The Lake Shore & Michigan Southern railroad, so far as its operations in Michigan are concerned, is a consolidation of the Erie & Kalamazoo and the Michigan Southern railroads. The Erie & Kalamazoo was chartered by the territorial legislature in 1833, and was opened for business in the fall of 1836. That was before there were any steam locomotives in this section of the country and at first its cars were drawn by horses. The Michigan Southern was opened and operated by the state, but subsequently was sold to capitalists who also purchased the Erie & Kalamazoo and merged the two lines in the Lake Shore & Michigan Southern, which, as stated, was the lessee of the Kalamazoo, Allegan & Grand Rapids railroad.
Less than a year after rail connection was had with Kalamazoo the first train entered the city from Jackson, over the Grand River Valley railroad. This train arrived January 1, 1870, and consisted of the locomotive Muskegon and six cars. Regular trains began running January 17. The city had promised the Grand River Valley road a subsidy of $100,000 for building the line to Grand Rapids, but paid only $25,000, according to an amicable agreement. From its inception this line had been an adjunct of and controlled by the Michigan Central, and April 18, 1870, it passed entirely under the management and became a branch of that trunk line.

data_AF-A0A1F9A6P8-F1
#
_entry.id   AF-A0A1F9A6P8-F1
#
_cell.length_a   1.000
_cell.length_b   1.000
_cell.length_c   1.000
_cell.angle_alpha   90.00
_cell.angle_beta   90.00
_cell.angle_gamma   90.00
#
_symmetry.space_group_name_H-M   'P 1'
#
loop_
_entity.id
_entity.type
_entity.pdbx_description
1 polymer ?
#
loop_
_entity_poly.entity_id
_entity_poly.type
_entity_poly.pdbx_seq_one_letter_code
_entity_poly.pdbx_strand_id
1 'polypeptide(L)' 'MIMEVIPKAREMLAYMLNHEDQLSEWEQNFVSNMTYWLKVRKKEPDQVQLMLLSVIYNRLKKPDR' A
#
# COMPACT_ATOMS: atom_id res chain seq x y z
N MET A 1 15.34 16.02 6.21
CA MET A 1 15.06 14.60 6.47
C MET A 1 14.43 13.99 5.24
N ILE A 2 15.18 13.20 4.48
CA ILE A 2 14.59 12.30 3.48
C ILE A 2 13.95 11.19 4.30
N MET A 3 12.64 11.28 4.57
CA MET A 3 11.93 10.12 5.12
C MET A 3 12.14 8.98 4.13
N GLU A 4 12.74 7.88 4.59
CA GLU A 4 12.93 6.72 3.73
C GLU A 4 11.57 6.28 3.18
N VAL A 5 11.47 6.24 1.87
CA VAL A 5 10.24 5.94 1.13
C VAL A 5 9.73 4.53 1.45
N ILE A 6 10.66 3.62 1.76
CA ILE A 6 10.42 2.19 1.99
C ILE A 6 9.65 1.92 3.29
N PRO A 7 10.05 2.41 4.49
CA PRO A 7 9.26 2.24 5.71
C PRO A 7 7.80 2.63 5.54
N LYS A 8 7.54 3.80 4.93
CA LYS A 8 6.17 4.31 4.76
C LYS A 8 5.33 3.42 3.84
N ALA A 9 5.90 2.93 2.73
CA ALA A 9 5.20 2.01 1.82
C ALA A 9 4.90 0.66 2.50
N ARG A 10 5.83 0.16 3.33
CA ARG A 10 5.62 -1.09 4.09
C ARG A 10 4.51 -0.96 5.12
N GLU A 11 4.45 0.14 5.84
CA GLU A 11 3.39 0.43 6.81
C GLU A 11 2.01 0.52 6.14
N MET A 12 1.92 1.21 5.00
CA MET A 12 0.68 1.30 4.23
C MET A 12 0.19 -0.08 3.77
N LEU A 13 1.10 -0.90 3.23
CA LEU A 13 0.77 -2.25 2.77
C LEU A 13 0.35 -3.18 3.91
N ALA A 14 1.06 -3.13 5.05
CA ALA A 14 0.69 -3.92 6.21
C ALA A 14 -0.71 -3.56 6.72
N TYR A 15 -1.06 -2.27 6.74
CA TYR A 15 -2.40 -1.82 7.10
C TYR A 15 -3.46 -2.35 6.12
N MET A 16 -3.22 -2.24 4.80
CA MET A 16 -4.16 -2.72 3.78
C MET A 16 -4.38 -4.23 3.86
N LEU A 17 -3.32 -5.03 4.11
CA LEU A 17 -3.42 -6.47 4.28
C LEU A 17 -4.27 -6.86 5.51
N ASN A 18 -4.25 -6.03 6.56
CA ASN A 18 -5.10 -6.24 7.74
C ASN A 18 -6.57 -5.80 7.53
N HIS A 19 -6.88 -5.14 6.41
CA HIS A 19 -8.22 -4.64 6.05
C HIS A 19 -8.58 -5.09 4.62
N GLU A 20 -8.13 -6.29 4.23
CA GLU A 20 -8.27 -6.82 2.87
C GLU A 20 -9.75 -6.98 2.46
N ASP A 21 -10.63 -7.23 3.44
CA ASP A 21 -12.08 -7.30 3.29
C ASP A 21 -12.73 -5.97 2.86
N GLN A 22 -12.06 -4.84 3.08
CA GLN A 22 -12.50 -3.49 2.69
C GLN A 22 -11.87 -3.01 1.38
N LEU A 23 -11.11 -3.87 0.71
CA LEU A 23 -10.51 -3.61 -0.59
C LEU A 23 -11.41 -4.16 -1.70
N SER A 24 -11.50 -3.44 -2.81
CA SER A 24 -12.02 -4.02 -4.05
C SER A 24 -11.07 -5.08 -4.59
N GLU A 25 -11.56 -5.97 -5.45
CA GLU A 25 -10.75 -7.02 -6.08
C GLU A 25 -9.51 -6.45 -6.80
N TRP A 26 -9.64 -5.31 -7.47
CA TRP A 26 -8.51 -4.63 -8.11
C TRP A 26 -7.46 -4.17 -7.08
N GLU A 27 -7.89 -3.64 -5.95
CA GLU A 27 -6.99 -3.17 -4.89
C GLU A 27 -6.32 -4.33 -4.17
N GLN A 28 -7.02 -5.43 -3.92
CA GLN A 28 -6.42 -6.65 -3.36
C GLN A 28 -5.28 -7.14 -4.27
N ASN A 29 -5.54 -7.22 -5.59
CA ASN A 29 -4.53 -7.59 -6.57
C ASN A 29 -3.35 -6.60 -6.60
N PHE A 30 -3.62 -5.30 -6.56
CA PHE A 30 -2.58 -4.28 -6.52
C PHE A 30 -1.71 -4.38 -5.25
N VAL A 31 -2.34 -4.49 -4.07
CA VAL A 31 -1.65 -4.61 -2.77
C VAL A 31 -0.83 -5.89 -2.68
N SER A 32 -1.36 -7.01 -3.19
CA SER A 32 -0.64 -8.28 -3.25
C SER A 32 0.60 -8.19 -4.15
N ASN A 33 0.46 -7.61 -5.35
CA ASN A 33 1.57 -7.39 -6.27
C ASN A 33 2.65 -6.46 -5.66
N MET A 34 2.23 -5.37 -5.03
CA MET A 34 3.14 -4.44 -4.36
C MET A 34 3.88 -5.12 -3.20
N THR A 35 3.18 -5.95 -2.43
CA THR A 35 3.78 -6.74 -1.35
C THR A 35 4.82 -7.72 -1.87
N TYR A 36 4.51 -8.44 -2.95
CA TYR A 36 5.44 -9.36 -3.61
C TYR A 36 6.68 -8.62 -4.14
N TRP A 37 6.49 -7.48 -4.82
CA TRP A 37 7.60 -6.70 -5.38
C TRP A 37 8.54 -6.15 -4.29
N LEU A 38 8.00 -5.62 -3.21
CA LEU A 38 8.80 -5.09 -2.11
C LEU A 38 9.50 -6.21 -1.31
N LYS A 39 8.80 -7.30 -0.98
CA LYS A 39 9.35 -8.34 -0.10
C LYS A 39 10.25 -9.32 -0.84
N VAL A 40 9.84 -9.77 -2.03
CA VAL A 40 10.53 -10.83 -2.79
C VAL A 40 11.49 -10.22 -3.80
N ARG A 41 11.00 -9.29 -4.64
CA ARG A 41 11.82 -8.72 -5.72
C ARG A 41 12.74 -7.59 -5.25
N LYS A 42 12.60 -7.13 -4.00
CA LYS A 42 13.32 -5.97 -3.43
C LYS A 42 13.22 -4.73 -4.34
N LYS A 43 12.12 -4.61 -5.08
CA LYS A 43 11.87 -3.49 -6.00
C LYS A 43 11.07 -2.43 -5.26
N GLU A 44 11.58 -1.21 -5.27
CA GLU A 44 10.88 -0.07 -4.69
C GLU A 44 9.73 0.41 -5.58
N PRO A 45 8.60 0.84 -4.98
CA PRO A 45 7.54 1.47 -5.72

The last rail on the Grand Rapids & Indiana railroad, south of the city, was laid September 13, 1870, and at last the project for which the citizens had labored so hard, so persistently and for so many years was a reality. This line afforded connection with Fort Wayne, Indiana, and October 10 regular trains began running south over it. The company's tracks had been laid northward previously, the first twenty miles, to Cedar Springs, being opened for business December 25, 1867. The road all the way to Mackinaw City was opened July 3, 1882, and one to Muskegon December 1, 1886.
The present Pere Marquette railroad is a consolidation of a number of small lines, whose history, so far as this city is concerned, may be summarized as follows:
The Grand Rapids, Holland & Chicago Railroad company was organized March 30, 1871. Its line to Holland was completed January 6, 1872. At Holland it made connections for Chicago.
The Grand Rapids, Newaygo & Lake Shore railroad was organized September 11, 1869. It was completed to Sparta May 9, 1872, to Newaygo September 11, 1872, and to White Cloud September 14, 1875.
The Grand Rapids, Lansing & Detroit Railroad company was incorporated May 20, 1887. It was projected as a branch of the Detroit, Lansing & Northern, with which it was to connect at Lansing. It was opened to traffic in July, 1888.
Transcriber: Ronnie Aungst
Created: 16 January 2000